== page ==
So my question is how hard would it have been to ship this turtle to say Georgia, Texas, Alabama, Louisiana, Mississippi, or some other southern state or state these turtles are native?

Not to terribly hard I’d bet, say as hard as contacting another states Game and Wildlife Division. How about we just cut the fucking heads off of the Officers from ODFW for being stupid, ignorant, and failing to do their job!

Oregon and the ODFW sucks! Shame on you, your state, and your Wildlife Division. You goose steeping jack boot wearing NAZIS!



~ by Digory Kirke on July 27, 2008.

One Response to “Snapping turtle’s quest ends abruptly”

  1. Unlike Fox News I am fair and balanced. When my boyfriend read this article he emailed the ODFW. They responded quite quickly to the email.

    This is their reply:

    Dear Mr. (took out my Bf’s last name):

    Thank you for your comments. Unfortunately, most attempts to return non-native animals to their native habitats (called repatriation) are unsuccessful because the receiving authorities will not accept the animals. The primary reasons for this are the risk of disease transmission and concerns for the genetic integrity of native populations. In this case, if we were to ship the turtle back to Georgia or another state where they occur naturally, those populations could be compromised, and other jurisdictions are not willing to take that risk.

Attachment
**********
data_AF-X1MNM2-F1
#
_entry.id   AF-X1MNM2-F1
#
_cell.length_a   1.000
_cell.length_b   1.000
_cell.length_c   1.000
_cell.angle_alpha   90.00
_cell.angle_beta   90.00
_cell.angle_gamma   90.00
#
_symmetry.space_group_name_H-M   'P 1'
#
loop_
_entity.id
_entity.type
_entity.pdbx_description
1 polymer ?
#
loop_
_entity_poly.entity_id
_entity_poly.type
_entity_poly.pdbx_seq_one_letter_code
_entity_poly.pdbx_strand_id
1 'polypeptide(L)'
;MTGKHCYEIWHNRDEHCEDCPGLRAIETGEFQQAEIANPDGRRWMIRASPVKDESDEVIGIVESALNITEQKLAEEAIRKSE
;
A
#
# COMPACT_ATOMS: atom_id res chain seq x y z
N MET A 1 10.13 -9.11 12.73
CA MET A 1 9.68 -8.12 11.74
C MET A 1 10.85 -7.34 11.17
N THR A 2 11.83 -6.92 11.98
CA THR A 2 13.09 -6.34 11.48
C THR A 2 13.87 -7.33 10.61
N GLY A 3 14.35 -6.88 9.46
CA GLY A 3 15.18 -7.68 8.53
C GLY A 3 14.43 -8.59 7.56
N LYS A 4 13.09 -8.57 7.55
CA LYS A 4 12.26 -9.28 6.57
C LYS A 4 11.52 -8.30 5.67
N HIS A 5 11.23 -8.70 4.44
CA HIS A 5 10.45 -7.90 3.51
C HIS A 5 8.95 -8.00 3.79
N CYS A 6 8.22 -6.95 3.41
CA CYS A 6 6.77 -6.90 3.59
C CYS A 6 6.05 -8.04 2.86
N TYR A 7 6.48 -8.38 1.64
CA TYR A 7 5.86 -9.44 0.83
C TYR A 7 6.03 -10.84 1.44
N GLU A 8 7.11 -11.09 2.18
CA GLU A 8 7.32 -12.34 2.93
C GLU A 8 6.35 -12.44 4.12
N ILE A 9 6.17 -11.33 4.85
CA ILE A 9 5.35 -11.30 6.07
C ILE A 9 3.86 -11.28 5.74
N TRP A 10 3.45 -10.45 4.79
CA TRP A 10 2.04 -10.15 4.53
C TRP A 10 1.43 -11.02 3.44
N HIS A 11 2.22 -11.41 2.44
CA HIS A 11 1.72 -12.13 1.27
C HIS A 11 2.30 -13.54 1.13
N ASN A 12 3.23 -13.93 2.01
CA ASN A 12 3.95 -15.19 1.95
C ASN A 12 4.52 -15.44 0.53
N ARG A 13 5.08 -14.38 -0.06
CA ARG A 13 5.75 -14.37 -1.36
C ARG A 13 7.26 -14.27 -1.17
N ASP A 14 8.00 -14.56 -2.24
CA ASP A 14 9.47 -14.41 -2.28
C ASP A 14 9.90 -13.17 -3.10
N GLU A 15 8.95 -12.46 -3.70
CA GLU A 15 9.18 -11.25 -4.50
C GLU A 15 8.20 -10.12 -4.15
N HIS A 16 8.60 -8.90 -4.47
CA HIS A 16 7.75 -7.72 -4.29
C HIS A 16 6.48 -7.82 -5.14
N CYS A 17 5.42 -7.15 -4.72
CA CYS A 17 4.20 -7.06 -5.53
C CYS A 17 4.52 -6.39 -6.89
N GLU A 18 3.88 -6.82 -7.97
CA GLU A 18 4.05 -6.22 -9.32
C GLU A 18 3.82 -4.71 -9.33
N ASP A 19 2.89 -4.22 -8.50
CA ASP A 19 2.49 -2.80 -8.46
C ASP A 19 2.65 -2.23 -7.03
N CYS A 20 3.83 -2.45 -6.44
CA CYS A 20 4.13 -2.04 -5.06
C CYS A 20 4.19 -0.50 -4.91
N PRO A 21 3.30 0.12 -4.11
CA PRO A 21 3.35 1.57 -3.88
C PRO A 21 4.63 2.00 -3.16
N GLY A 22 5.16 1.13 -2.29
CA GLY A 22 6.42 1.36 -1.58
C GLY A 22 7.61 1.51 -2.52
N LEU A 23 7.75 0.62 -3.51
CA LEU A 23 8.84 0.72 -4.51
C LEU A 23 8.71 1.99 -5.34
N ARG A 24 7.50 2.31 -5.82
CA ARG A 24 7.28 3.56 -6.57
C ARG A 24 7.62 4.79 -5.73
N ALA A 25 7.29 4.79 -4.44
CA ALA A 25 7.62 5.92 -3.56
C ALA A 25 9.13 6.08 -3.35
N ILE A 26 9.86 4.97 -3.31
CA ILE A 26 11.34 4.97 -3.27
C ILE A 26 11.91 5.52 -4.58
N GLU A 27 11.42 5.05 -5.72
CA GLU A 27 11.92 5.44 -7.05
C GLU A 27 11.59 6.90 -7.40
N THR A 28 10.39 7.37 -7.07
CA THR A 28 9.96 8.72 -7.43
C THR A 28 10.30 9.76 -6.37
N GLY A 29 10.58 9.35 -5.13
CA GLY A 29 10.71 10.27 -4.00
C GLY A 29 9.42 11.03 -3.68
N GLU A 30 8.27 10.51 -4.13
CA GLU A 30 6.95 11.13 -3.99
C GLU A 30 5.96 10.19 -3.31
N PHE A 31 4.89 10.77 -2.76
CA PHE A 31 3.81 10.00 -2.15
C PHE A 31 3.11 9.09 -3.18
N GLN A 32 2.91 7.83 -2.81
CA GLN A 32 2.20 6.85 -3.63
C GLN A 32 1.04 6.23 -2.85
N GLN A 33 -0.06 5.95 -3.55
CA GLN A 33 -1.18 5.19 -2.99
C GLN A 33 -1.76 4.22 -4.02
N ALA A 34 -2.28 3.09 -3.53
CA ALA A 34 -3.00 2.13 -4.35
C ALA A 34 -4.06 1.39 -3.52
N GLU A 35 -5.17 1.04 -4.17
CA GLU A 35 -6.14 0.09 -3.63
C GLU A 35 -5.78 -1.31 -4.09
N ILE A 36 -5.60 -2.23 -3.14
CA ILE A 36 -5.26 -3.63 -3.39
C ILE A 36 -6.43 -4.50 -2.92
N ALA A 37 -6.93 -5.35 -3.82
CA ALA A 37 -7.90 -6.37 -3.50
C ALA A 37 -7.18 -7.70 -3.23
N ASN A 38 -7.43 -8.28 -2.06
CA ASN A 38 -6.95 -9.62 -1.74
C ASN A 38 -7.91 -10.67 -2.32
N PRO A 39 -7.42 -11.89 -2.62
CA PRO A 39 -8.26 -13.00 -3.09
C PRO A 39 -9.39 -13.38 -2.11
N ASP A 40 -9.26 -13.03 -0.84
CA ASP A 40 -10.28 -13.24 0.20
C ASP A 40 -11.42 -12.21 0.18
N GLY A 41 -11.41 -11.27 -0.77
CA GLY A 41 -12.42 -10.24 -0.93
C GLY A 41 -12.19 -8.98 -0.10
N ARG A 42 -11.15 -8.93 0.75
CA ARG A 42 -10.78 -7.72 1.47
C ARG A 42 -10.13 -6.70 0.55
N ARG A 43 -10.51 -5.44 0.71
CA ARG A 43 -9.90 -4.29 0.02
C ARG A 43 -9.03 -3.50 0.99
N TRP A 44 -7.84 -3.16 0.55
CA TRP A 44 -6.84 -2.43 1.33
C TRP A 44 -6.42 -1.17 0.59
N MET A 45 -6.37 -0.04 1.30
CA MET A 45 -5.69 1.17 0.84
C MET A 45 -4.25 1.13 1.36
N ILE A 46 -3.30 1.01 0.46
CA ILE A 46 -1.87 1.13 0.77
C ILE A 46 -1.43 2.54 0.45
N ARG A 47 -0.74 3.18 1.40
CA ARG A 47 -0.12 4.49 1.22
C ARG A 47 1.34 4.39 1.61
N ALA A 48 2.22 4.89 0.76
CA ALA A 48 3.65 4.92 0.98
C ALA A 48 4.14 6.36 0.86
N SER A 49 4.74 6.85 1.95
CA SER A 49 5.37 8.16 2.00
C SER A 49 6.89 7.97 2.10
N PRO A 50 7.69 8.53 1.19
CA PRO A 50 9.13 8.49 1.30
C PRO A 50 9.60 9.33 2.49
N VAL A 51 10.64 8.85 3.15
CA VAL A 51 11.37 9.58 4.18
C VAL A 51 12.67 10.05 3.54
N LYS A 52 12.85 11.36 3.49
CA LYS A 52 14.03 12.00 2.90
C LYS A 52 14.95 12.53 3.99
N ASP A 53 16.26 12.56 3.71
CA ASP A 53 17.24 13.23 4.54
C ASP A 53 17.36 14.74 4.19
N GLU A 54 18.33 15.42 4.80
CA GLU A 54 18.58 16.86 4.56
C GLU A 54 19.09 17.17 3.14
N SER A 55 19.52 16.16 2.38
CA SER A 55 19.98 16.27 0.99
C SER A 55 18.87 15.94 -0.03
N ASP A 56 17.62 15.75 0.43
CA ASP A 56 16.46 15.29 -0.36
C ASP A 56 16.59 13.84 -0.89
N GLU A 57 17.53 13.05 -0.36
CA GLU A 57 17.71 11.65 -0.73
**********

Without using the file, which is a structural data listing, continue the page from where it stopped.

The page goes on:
Occasionally, we can (and do attempt to) find a zoo or wildlife rehabilitation center willing to take the animals, but these opportunities are limited. I agree that euthanasia is an unfortunate solution for these situations on an individual basis, but it is often the best way to protect the integrity of animal populations as a whole. Introduced species, primarily turtles and bullfrogs, are the most significant factor in the decline of our native turtles, which are now at a fraction of their historic abundance. The physiology of turtles makes anesthesia and decapitation the most humane way of euthanizing them.

    The more unfortunate part is that the turtle was illegally brought to Oregon to begin with. We conduct a lot of outreach to educate the public on the laws, regulations, and effects of non-native species; some additional information regarding turtles can be found on our website:

    The wildlife integrity rules for
    Oregon are at:


    Tom Friesen
    Invasive Species Coordinator
    Oregon Department of Fish and Wildlife

    So it appears I owe the ODFW an apology. While neither myself or boyfriend are happy about the event we now better understand the reasoning behind it.

    Therefore I retract calling the ODFW fuckers and or Nazis. I have also learned as I should have by now know: to check further into something that is reported to find out ALL the facts. Something the article failed to do.

    This was a very valuable reminder and lesson for me. I am sorry once again to the ODFW, and am sorry they are forced to do something like this. It appears they do a fine job and best they can do. However sometimes their hands are tied just like many other peoples are.


    Blog Administrator